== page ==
This article originally appeared in the June 2000 issue of GammOnLine.|
Thank you to Kit Woolsey for his kind permission to reproduce it here.
| Once upon a time, back in the days when stories began "once upon a
time..." the world spun at a leisurely pace, news traveled by stage and
steamship, and annotated matches appeared in multi-volume sets ala
CHAMPIONSHIP BACKGAMMON (part 1 of a proposed 8). That was then. This
is now! In today's high speed, MTV world, computer viruses infect the
globe in hours, news flashes come to us in updates - why there isn't
even time to finish a senten...
See? So who has time to read a whole match? Fortunately I have a solution. Some matches manage to pack all their action into a few rolls, so that scanning them is like gulping a coffee and getting all the caffeine with none of the grounds. One such was played between Hugh Sconyers and me at the Twin Championships at the Desert Inn, Las Vegas. Our match came in the 3rd, qualifying round for the International Cup. As we look in I am leading 8-7 to 11, and must play 4-1.
Jake leads Hugh Sconyers 8-7 to 11, and has a 4-1 to play.
Hitting with the ace is easy. It is tempting to take advantage of the hit by stepping up to the 20-point, but I chose to make my 9-point. My reasons are threefold. First, I want to contain Hugh, and building a prime that happens to be a source of builders for my inner board does a good job of that. Second, while escaping is a priority, the next order of business may well be to clear the midpoint, so my play gets that out of the way. Finally, I am not eager to initiate an exchange of hits on the point Hugh most wants. Snowie agrees with my play, though it is mute about its reasoning. Perhaps the 9-point is just lucky for it.
Hugh enters with 5-3, and slots his bar. He has his own interesting choice here. He wants the 5-point, but that creates another blot. However, the new blot goes to a better point. Unstacking the 8-point is slightly better. I roll 2-1, and hit. Should I lift or come down?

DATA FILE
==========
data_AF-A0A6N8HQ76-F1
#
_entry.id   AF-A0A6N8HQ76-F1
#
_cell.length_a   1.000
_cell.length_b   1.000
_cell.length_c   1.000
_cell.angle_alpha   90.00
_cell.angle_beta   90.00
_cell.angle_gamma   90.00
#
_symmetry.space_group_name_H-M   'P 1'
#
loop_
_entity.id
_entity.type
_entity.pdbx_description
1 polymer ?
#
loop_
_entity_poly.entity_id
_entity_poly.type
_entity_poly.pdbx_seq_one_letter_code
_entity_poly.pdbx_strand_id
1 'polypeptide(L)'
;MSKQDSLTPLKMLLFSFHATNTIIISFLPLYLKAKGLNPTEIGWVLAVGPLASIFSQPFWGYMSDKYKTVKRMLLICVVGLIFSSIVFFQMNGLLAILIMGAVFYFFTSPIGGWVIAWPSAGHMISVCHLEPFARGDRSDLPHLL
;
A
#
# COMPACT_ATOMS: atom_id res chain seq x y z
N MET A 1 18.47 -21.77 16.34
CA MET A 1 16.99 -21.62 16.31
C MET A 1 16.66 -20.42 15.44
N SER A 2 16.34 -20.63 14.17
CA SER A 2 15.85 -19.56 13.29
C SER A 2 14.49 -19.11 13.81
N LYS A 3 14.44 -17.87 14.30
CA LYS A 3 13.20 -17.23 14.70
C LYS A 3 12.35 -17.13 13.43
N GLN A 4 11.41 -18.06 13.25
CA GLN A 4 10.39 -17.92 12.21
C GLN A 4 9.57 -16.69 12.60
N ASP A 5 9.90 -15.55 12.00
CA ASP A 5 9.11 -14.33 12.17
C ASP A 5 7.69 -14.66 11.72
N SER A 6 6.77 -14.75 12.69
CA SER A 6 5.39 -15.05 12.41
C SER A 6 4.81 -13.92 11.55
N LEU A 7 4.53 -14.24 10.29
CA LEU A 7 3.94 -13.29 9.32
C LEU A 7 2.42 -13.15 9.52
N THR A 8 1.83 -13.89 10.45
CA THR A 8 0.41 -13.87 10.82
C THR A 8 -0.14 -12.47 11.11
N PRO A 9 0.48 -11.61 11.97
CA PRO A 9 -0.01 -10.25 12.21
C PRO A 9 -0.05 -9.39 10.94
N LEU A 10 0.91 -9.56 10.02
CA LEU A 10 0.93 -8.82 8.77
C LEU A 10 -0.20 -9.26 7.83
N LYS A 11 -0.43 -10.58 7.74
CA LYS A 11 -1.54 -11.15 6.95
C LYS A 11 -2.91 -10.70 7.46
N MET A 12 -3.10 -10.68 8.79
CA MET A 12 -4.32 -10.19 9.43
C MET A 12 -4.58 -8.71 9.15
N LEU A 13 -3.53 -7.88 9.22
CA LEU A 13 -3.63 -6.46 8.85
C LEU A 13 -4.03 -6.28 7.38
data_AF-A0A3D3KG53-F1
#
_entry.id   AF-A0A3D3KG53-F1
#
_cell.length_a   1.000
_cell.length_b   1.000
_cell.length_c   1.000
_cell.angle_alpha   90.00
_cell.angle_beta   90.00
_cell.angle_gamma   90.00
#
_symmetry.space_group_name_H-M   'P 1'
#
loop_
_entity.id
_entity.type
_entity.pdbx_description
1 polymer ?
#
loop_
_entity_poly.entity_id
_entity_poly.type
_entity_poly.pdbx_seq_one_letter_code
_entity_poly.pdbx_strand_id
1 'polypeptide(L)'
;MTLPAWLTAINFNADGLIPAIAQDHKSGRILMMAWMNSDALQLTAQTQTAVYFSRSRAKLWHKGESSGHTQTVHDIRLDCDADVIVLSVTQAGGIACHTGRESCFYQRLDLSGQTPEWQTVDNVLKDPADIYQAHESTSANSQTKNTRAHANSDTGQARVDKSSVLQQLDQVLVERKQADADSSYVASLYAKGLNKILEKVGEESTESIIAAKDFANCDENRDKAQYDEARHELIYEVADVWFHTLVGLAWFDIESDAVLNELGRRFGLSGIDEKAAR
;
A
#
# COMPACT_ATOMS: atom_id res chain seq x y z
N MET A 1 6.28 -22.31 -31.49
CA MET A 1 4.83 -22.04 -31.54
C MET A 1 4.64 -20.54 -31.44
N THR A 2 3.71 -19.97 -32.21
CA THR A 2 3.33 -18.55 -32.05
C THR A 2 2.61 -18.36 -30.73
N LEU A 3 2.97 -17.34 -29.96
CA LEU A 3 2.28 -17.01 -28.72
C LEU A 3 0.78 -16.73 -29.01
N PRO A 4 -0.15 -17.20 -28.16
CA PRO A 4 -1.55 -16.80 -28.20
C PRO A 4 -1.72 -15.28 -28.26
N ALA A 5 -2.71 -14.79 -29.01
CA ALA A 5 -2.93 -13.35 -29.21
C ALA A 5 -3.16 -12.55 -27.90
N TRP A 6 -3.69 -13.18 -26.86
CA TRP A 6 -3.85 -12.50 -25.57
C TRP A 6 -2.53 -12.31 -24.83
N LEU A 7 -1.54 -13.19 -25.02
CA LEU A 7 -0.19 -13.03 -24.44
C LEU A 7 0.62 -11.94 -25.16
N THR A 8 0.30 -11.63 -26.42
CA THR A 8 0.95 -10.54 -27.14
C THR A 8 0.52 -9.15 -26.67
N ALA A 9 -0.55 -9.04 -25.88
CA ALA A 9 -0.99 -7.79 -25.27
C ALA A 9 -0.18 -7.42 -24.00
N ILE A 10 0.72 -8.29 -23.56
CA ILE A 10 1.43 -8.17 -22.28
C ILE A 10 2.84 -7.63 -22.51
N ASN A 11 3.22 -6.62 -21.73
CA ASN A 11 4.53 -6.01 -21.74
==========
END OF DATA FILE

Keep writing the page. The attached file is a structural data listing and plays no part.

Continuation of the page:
I hope all of you are rooting for coming down. Putting three men on my 3-point isn't my style, and it isn't right either. Sometimes though, blots get hit. Hugh rolls 4-1, and while covering his bar is a real play, it doesn't take him long to dismiss it. Hits are so usually right that one needs a much better reason than a cheesy prime to forego them.
Of course a tricky score might be just the reason. One of the things Hugh is praying for is a chance to double me in a volatile, gammonish position. That is the key to winning at such scores, and I sense an itchy Texas finger hovering near the trigger. Still, making the anchor on Hugh's 3-point is awfully passive when I own the better board. As I said, it is usually wrong not to hit, so...
What do you think sports fans, is this a cube? Snowie says no. Hugh is a slight favorite, and wins plenty of gammons. He also loses a lot of gammons (over 40% of my wins!), which is nearly as important. So, why isn't it a double? I think it must be because he doesn't have enough real knockouts. Even when he hits I have so much counter play that he is better off waiting and perhaps losing his market.
His 6-1 is more love tap than knockout. He hits me on his ace, and I reply with a 5-2. Would you anchor and bring in the spare from the 11-point, or play bar/20, 8/6? Anchoring still leaves two blots, and the deuce is simply the wrong anchor. I come in on Hugh's 5-point, and lift my outside blot. Hugh keeps after me with 5-3, covering and hitting, then I roll 4-3.
Another interesting choice. The three is forced. Now, should I come out, cover, or hit? Coming out does very little, so forget that. Making the 5-point looks pretty, and it IS an asset we will need for the rest of the game. However, the hit is once again right. It wins more games and more gammons, and loses fewer gammons as well. It also works quite well, as Hugh fans. A few rolls later...
When I make a mistake, it's a whopper! The right play here is to clear the 6-point. I have an aversion to such plays, but this time it must be right. I have six men to bring home. Four are in place as builders (if I clear my six) and the other two are halfway out the opponent's door. Instead, I play 11/6, 11/10, the pure play. As in: purely wrong! Fortunately, Hugh's dice expect better of me and disdain the vital ace. I now roll a real caffeine-rush, high-velocity 5-5, closing him out, and gammoning him for the match. Unfortunately I am quickly eliminated from the playoffs. Instead of the International Cup, I must settle for one more coffee cup.